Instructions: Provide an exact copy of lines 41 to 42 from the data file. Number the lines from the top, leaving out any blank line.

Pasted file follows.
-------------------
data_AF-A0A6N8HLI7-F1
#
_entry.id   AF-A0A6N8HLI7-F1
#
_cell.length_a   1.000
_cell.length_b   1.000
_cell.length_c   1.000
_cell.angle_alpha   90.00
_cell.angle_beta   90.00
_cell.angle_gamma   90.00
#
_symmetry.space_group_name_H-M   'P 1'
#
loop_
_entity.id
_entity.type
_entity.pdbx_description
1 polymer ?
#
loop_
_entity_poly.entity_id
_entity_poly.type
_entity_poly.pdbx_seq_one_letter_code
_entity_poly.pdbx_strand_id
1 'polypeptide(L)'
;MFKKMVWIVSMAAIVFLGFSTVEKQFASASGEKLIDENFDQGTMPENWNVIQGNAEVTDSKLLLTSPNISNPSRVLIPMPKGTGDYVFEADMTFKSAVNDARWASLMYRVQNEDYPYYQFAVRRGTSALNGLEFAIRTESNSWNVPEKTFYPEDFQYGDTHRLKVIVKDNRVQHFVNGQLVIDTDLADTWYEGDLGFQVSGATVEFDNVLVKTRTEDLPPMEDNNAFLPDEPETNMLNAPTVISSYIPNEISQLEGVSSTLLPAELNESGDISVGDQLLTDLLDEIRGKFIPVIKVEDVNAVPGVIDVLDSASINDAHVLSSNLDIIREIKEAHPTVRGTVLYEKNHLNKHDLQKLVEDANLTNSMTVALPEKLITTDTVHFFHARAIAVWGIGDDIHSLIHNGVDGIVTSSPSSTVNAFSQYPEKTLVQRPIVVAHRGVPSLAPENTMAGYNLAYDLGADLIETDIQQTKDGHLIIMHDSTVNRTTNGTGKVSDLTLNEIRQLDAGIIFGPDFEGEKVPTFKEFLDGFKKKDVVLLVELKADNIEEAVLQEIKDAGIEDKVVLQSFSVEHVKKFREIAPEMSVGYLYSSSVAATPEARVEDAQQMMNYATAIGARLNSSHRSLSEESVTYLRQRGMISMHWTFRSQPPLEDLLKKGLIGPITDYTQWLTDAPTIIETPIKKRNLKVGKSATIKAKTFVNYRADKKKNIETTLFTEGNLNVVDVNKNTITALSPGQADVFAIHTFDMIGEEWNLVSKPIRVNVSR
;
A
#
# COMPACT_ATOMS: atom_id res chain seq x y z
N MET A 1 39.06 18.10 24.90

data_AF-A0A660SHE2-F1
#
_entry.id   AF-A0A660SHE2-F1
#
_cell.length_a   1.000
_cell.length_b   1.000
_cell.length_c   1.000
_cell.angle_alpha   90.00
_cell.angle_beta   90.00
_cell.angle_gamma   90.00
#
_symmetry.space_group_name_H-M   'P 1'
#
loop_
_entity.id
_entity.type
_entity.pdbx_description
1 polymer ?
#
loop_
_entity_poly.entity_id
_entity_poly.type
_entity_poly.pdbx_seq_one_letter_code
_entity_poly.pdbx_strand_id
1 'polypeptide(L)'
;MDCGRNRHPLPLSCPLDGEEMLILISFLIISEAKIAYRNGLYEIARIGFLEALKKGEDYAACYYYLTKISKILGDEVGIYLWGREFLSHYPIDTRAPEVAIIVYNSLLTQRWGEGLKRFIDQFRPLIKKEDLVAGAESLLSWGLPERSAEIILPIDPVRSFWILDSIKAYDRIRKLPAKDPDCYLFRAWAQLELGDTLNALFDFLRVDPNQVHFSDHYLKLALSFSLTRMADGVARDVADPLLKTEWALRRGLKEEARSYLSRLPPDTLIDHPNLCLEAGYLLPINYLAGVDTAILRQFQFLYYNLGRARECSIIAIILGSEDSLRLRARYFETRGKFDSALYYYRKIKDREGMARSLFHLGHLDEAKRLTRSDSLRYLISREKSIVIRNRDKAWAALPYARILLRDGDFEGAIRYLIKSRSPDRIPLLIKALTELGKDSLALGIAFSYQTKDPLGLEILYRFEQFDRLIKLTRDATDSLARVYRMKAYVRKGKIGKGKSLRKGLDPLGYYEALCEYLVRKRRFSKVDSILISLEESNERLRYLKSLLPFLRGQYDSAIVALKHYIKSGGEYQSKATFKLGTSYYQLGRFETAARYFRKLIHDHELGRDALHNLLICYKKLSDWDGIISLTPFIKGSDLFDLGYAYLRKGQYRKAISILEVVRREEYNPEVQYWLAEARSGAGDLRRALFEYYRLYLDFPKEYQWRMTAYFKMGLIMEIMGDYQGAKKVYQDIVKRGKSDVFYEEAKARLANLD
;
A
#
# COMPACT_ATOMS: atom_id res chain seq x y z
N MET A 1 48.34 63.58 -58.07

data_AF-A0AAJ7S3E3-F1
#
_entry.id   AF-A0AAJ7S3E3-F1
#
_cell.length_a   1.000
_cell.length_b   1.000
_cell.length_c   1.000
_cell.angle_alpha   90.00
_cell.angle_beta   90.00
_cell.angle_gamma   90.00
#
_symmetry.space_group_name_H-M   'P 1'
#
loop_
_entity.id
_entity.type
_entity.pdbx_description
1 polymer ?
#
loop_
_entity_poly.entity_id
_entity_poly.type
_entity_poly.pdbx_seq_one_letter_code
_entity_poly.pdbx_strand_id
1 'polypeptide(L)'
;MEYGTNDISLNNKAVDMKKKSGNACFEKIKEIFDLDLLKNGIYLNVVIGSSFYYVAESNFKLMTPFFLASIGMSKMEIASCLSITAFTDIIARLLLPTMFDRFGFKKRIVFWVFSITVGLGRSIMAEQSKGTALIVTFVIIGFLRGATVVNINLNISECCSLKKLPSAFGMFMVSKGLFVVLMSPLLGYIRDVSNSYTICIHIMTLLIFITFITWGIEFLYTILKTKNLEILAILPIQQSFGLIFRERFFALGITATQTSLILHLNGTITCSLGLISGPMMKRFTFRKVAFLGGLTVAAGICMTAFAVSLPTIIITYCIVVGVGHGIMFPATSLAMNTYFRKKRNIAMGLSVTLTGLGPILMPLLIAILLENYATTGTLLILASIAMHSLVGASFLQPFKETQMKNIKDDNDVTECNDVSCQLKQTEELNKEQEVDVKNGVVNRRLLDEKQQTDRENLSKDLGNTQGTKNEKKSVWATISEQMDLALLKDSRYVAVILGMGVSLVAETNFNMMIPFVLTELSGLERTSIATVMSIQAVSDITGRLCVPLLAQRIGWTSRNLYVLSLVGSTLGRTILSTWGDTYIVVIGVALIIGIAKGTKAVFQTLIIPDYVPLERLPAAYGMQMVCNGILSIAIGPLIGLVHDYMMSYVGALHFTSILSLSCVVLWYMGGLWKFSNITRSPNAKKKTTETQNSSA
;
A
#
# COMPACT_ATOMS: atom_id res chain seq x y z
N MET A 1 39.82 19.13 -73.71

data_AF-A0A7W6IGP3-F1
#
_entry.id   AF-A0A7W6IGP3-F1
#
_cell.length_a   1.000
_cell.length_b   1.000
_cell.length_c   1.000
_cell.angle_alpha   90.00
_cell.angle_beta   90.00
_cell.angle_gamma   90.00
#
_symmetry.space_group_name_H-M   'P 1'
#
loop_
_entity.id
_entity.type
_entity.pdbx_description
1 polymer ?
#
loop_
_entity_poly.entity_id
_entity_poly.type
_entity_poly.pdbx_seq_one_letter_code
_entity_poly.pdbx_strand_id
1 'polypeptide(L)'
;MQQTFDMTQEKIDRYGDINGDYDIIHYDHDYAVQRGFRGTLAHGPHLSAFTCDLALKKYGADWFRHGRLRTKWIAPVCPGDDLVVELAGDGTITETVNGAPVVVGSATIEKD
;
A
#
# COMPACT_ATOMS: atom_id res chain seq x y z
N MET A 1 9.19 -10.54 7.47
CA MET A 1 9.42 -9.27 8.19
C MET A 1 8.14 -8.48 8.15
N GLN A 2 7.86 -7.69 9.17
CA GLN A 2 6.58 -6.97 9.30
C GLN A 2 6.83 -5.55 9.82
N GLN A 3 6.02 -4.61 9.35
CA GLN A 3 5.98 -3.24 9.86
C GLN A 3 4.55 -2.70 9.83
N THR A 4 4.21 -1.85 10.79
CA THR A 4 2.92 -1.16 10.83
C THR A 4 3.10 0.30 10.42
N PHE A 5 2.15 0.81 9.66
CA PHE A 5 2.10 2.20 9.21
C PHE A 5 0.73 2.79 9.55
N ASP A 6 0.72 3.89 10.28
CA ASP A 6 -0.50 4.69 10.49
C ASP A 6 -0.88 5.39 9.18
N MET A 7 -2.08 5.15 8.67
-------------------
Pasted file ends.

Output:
_cell.angle_gamma   90.00
#